FIRST PERSON - Alex Magno (The Philippine Star) - December 5, 2020 - 12:00am

Not all economic stimulus measures involve dole-out or direct subsidies. The best measures involve providing a supportive environment for our enterprises.

Last week, after 14 months of hearings and deliberations, the Senate finally passed on third and final reading its version of the Corporate Recovery and Tax Incentives for Enterprises (CREATE) Act. The House of Representatives passed its version last year.

Early enactment of this law will be the legislature’s best Christmas gift to our micro, small and medium enterprises (MSMEs) now struggling under the adverse economic conditions induced by the pandemic. It will help us build back better after the devastation of this year.

The headline item of the CREATE Act is the immediate reduction by 10 percent of the corporate tax rate for MSMEs. From the current 30 percent, the rate will be brought down to 20 percent retroactive to July 1 of this year.

As defined in this bill, MSMEs are domestic corporations with total assets (excluding land) of not more than P100 million with a net taxable income of P5 million or less. For businesses with a net taxable income of P5 million and above, including foreign firms, the immediate rate reduction will be from 30 percent to 25 percent.

MSMEs provide the bulk of employment for our people. The reduction in tax rate will help them weather present economic difficulties and continue to keep their employees. This will help us recover many of the jobs that might have been lost this year.

By bringing down the corporate tax rate to 20 percent, MSMEs will enjoy a fiscal environment that is at par or better than the rest of the region. That should enable them to attract investments in the coming year – especially since the Bangko Sentral moved decisively to bring down the cost of money.

In the Senate version, spearheaded by Senator Pia Cayetano, educational institutions and hospitals are provided added benefits. Taxes for proprietary, non-profit educational institutions and hospitals will be assessed a special income tax rate of just 1 percent from July 2020 to June 2023. This should help arrest the slew of school closures we saw the past few months.

The Senate version (that the House indicated it would support) also increased the VAT-exempt thresholds for sales of real property from the current P2.5 million to a maximum of P4.2 million. The proposed law likewise removes VAT on the sale and importation of electronic reading materials, supporting the shift to online learning and the encouragement of a digital economy.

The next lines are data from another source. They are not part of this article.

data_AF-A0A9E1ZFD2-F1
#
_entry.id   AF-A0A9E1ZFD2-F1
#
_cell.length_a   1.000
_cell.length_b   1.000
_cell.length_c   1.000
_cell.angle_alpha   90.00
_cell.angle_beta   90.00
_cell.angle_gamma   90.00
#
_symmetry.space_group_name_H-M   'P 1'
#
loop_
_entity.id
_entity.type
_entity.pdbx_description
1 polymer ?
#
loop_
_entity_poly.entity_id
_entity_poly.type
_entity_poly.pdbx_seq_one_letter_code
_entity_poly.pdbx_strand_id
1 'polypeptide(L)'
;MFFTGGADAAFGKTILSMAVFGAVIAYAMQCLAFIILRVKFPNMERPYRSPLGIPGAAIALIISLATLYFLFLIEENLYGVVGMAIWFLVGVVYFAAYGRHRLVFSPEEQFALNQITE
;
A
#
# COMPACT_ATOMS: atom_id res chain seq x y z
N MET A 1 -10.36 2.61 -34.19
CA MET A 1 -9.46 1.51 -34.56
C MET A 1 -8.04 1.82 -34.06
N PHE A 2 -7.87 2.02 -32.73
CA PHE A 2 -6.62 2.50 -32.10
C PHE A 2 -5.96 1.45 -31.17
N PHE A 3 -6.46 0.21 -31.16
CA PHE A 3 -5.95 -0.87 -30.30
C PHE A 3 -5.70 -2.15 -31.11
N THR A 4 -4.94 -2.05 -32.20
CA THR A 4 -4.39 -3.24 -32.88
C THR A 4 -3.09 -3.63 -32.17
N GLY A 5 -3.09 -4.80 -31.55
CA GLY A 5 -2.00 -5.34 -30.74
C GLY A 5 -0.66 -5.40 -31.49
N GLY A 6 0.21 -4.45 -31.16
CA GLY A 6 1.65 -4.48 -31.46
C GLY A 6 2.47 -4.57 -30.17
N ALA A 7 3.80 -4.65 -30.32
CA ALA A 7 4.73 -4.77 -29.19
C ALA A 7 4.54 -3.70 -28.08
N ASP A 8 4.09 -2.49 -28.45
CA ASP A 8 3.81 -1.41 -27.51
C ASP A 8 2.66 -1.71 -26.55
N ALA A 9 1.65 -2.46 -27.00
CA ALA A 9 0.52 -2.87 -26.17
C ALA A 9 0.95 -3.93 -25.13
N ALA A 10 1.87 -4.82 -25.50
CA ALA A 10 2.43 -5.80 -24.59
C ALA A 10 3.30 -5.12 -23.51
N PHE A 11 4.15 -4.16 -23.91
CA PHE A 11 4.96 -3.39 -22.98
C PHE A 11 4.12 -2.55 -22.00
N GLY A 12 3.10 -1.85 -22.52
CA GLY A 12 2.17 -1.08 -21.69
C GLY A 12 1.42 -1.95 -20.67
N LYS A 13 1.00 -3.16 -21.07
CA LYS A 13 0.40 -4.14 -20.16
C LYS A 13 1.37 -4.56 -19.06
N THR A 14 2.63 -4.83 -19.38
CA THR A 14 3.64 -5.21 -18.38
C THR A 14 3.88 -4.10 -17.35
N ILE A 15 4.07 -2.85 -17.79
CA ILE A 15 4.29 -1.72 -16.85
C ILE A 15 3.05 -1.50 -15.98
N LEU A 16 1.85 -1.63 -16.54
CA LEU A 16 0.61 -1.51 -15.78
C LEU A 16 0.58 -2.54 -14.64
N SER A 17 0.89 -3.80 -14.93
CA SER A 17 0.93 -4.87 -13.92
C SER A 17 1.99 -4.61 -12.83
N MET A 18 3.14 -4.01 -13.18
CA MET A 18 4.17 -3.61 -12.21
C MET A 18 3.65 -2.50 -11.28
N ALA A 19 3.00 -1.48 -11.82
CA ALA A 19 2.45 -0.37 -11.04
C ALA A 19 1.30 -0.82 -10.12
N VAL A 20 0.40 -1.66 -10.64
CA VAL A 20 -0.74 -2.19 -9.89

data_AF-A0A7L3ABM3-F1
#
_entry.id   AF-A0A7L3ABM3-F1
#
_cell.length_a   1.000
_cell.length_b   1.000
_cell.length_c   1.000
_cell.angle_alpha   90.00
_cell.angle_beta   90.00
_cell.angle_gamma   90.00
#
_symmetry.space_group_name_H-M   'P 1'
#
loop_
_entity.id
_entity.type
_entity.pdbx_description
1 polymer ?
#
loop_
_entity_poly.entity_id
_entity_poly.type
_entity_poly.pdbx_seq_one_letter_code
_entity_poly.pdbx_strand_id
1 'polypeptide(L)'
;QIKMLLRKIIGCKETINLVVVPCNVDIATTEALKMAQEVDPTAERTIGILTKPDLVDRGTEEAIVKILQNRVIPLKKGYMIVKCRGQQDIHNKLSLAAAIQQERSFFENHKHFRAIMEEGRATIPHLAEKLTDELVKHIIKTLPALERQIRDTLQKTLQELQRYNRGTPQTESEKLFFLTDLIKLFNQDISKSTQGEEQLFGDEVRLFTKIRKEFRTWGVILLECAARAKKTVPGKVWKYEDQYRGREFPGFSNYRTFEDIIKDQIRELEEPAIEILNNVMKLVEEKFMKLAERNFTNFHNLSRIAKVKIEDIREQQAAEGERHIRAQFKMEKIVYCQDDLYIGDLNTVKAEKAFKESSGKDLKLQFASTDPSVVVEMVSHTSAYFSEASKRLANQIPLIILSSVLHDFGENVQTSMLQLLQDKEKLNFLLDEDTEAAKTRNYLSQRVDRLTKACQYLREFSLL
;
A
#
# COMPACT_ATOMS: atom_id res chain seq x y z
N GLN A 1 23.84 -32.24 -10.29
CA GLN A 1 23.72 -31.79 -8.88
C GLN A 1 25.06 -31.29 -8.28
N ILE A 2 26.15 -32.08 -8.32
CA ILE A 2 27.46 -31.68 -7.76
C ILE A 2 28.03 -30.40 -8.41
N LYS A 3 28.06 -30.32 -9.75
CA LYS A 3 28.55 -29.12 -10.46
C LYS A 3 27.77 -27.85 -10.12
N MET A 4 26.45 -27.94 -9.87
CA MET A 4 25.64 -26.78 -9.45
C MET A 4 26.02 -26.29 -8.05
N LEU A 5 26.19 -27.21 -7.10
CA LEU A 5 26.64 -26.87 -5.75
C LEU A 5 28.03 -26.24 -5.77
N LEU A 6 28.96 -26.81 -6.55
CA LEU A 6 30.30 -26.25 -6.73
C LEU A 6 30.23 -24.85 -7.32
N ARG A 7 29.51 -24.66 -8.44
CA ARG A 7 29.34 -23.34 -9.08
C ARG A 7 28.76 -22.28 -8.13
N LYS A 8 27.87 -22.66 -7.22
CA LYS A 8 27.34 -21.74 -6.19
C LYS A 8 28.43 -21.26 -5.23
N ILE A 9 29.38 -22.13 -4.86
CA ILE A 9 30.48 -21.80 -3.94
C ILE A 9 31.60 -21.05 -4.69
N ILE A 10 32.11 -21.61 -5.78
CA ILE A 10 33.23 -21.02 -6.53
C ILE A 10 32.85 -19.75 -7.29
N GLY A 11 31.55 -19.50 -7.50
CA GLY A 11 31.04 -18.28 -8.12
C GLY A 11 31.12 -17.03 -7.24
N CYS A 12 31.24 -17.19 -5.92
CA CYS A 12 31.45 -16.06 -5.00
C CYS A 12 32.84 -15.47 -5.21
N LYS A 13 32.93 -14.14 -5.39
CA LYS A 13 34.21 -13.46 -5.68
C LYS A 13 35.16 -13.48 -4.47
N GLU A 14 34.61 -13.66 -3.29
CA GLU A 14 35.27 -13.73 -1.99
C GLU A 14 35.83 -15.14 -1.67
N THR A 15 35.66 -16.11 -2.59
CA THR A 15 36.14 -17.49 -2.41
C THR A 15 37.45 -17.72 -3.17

All the features mentioned above will translate into a reduction in government revenues. This loss will be offset by the rationalization of the fiscal incentives system.

Over the years, lack of coordination among our investment promotion agencies led to a confusing tangle of tax exemptions for large corporations. Many foreign corporations that were attracted to the country by the promise of income tax holidays have been enjoying these benefits for decades without demonstrable contributions to improving employment. These benefits serve to dissuade new investors who will be up against entrenched corporations enjoying tax incentives.

Instead of encouraging investments, the chaotic system dissuaded them. This is a system long crying out for change. That change has been inhibited by vested interests trying to keep their unfair advantages.

As sponsor of the Senate version of CREATE, Pia Cayetano resisted intense pressures to water down the reforms of the counterproductive incentives system. She made sure the proposed Fiscal Incentives Review Board (FIRB) is retained in the proposed law. The FIRB will ensure a single menu of incentives is followed and the incentives will be subject to review in shorter cycles.

In the old system, each investment promotion agency was free to craft whatever incentives they wanted to offer investors. This was not only unwieldy. It was subject to much abuse and, possibly, corruption.

Under FIRB, a Strategic Investments Priorities Plan updated every three years will guide the grant of incentives. The incentives will likewise differentiate between export-oriented industries and those catering to the domestic market.

Senator Richard Gordon tried to exempt the Subic Freeport from FIRB supervision. This led to a rather tense debate before the final Senate vote and produced the 20-1 voting outcome (with Gordon voting against the bill).

Senator Pia Cayetano deserves credit for standing firm on this aspect of the reform law. So many questionable business ventures flourished in the free ports because they were able to grant incentives without supervision by the national government. Among the questionable businesses were those that opened the gates to smuggling of second-hand vehicles and those that indulged in online gambling.

CREATE is not the first fiscal measure Pia Cayetano supported. When she was deputy Speaker during the last Congress, she played a major role in crafting the TRAIN Law that reduced the tax rate for 99 percent of our workers. As congressman, she also helped pass the first Sin Tax Reform Act.

As chair of the ways and means committee in the Senate, she steered the passage of two additional sin tax bills. The three sin tax laws, the most done under a single administration, now help fund the Universal Health Care program.

The tough stance she took in advocating the much-needed reform of the incentives regime required some courage. One can only imagine the amount of pressure applied by vested interests to prevent reform.

It helped that Pia is a trained economist from the UP. That prepares her to grasp the long-term repercussions of the reform measures currently being pushed by the Duterte administration.

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